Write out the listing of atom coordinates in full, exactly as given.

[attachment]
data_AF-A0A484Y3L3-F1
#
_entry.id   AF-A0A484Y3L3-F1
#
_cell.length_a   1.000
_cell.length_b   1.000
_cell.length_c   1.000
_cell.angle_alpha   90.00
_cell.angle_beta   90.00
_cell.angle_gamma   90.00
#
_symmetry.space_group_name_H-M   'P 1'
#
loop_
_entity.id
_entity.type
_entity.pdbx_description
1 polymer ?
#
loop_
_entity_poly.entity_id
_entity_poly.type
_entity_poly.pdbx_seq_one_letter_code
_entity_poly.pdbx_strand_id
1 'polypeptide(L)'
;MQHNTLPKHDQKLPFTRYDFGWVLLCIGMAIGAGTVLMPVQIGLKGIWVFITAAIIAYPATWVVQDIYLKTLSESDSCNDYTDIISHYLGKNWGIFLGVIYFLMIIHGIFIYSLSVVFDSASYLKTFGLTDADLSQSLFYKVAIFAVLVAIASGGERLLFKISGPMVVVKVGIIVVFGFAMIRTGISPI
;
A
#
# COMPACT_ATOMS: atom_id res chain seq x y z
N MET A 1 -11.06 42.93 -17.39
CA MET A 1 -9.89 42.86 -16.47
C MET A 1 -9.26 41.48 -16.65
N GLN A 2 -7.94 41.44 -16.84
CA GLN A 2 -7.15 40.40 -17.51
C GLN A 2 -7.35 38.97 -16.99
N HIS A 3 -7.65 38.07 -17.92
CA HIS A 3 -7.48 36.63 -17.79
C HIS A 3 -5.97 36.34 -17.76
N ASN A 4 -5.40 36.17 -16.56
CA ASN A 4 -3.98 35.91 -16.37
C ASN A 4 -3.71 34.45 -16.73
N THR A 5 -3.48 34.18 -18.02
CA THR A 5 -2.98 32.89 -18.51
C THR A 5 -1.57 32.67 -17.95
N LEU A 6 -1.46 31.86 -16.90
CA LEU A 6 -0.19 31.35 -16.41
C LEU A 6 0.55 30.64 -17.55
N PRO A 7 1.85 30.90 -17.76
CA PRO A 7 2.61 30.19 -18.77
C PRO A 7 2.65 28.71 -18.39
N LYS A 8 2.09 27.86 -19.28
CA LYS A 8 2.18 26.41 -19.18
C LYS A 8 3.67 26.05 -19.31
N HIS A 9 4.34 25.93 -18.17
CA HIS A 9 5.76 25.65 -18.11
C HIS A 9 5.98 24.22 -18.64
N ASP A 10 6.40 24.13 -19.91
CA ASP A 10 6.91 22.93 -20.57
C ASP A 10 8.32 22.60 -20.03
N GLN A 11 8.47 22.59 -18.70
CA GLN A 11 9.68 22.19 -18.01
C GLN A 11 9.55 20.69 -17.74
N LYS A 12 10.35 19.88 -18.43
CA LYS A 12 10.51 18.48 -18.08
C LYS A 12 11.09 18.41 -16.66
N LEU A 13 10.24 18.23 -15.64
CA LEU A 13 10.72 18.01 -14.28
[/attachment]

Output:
data_AF-A0A484Y3L3-F1
#
_entry.id   AF-A0A484Y3L3-F1
#
_cell.length_a   1.000
_cell.length_b   1.000
_cell.length_c   1.000
_cell.angle_alpha   90.00
_cell.angle_beta   90.00
_cell.angle_gamma   90.00
#
_symmetry.space_group_name_H-M   'P 1'
#
loop_
_entity.id
_entity.type
_entity.pdbx_description
1 polymer ?
#
loop_
_entity_poly.entity_id
_entity_poly.type
_entity_poly.pdbx_seq_one_letter_code
_entity_poly.pdbx_strand_id
1 'polypeptide(L)'
;MQHNTLPKHDQKLPFTRYDFGWVLLCIGMAIGAGTVLMPVQIGLKGIWVFITAAIIAYPATWVVQDIYLKTLSESDSCNDYTDIISHYLGKNWGIFLGVIYFLMIIHGIFIYSLSVVFDSASYLKTFGLTDADLSQSLFYKVAIFAVLVAIASGGERLLFKISGPMVVVKVGIIVVFGFAMIRTGISPI
;
A
#
# COMPACT_ATOMS: atom_id res chain seq x y z
N MET A 1 -11.06 42.93 -17.39
CA MET A 1 -9.89 42.86 -16.47
C MET A 1 -9.26 41.48 -16.65
N GLN A 2 -7.94 41.44 -16.84
CA GLN A 2 -7.15 40.40 -17.51
C GLN A 2 -7.35 38.97 -16.99
N HIS A 3 -7.65 38.07 -17.92
CA HIS A 3 -7.48 36.63 -17.79
C HIS A 3 -5.97 36.34 -17.76
N ASN A 4 -5.40 36.17 -16.56
CA ASN A 4 -3.98 35.91 -16.37
C ASN A 4 -3.71 34.45 -16.73
N THR A 5 -3.48 34.18 -18.02
CA THR A 5 -2.98 32.89 -18.51
C THR A 5 -1.57 32.67 -17.95
N LEU A 6 -1.46 31.86 -16.90
CA LEU A 6 -0.19 31.35 -16.41
C LEU A 6 0.55 30.64 -17.55
N PRO A 7 1.85 30.90 -17.76
CA PRO A 7 2.61 30.19 -18.77
C PRO A 7 2.65 28.71 -18.39
N LYS A 8 2.09 27.86 -19.28
CA LYS A 8 2.18 26.41 -19.18
C LYS A 8 3.67 26.05 -19.31
N HIS A 9 4.34 25.93 -18.17
CA HIS A 9 5.76 25.65 -18.11
C HIS A 9 5.98 24.22 -18.64
N ASP A 10 6.40 24.13 -19.91
CA ASP A 10 6.91 22.93 -20.57
C ASP A 10 8.32 22.60 -20.03
N GLN A 11 8.47 22.59 -18.70
CA GLN A 11 9.68 22.19 -18.01
C GLN A 11 9.55 20.69 -17.74
N LYS A 12 10.35 19.88 -18.43
CA LYS A 12 10.51 18.48 -18.08
C LYS A 12 11.09 18.41 -16.66
N LEU A 13 10.24 18.23 -15.64
CA LEU A 13 10.72 18.01 -14.28